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Not thus, in ancient days of Caledon,
Was thy voice mute amid the festal crowd,

When lay of hopeless love, or glory won.
Aroused the fearful, or subdued the proud.

At each according pause was heard aloud
Thine ardent symphony sublime and high

Fair dames and crested chiefs attention bow’d ;
For still the burden of thy minstrelsy

Was Knighthood's dauntless deed, and Beauty's

matchless eye.

() wake once more how rude so’er the hand
That ventures o'er thy magic maze to stray;
O wake once more though scarce my skill com-
mand
Some feeble echoing of thine earlier lay :
Though harsh and faint, and soon to die away,
And all unworthy of thy nobler strain,
Yet if one heart throb higher at its sway,
The wizard note has not been touched in vain.
Then silent be no more! Enchantress, wake again!

I.
THE stag at eve had drunk his fill,
Where danced the moon on Monan's rill,

1 [MS.—“At each according pause thou spokest aloud Thine ardent sympathy.”]

And deep his midnight lair had made
In lone Glenartney's hazel shade;
But, when the sun his beacon red
Had kindled on Benvoirlich's head,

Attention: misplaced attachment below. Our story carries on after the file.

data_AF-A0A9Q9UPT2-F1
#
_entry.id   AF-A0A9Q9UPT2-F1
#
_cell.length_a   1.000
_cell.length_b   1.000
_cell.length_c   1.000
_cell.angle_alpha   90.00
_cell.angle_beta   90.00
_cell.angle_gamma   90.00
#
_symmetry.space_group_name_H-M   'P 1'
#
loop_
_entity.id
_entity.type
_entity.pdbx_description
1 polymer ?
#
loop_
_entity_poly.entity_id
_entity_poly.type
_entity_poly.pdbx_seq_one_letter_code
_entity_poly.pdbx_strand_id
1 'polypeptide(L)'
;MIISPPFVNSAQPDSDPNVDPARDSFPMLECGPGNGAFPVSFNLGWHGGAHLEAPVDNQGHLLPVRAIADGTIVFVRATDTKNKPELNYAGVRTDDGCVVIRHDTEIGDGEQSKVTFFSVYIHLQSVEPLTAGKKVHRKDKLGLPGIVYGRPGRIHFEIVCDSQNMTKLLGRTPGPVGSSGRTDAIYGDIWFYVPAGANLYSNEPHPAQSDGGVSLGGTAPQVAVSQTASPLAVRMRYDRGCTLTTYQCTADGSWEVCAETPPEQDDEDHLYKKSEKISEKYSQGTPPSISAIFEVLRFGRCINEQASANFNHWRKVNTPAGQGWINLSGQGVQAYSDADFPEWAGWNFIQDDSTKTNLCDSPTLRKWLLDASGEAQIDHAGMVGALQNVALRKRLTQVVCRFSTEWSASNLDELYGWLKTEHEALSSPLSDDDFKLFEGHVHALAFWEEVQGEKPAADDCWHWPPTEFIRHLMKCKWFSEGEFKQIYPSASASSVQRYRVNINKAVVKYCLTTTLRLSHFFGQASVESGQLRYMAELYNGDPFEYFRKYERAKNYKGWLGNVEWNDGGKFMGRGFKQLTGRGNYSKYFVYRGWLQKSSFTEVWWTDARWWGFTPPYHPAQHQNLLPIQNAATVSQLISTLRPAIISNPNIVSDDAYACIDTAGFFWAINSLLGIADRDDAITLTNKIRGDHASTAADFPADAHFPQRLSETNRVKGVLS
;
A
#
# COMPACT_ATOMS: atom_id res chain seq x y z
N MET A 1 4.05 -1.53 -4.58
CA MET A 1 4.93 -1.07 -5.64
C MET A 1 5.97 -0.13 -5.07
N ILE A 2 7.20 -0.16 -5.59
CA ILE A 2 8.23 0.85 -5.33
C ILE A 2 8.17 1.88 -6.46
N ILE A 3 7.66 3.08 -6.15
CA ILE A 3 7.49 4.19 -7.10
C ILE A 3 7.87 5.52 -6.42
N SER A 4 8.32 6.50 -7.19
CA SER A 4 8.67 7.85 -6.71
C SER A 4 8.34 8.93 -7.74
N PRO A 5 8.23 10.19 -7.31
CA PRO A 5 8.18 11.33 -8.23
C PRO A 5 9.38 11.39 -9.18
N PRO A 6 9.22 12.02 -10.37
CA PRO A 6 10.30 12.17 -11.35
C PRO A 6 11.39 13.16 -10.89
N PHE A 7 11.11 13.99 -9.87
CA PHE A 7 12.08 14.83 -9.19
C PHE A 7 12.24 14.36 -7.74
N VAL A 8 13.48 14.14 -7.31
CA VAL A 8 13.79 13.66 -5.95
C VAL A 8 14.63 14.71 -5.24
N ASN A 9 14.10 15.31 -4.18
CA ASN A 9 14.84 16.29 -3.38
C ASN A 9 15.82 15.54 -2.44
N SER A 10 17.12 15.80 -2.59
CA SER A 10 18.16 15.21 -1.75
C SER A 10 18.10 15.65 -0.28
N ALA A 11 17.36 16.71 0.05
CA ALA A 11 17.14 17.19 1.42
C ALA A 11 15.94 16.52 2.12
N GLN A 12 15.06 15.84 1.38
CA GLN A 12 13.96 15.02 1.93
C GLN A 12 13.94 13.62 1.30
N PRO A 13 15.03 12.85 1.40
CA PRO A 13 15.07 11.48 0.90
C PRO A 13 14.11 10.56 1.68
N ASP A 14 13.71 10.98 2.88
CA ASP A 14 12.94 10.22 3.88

The deep-mouth'd bloodhound's heavy bay
Resounded up the rocky way,"
And faint, from farther distance borne,
Were heard the clanging hoof and horn.

II. As Chief, who hears his warder call, “To arms the foemen storm the wall.” The antler'd monarch of the waste l Sprung from his heathery couch in haste. But, ere his fleet career he took, The dew-drops from his flanks he shook; Like crested leader proud and high, Toss'd his beam'd frontlet to the sky; A moment gazed adown the dale, A moment snuff”d the tainted gale, A moment listen’d to the cry, That thicken'd as the chase drew nigh; Then, as the headmost foes appear'd, With one brave bound the copse he cleared, And, stretching forward free and far, Sought the wild heaths of Uam-War.”

* [MS.—“The bloodhound's notes of heavy bass Resounded hoarsely up the pass.”] * Ua-var, as the name, is pronounced, or more properly Uaigh-mor, is a mountain to the northeast of the village of

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III.
Yell'd on the view the opening pack;
Rock, glen, and cavern, paid them back;
To many a mingled sound at once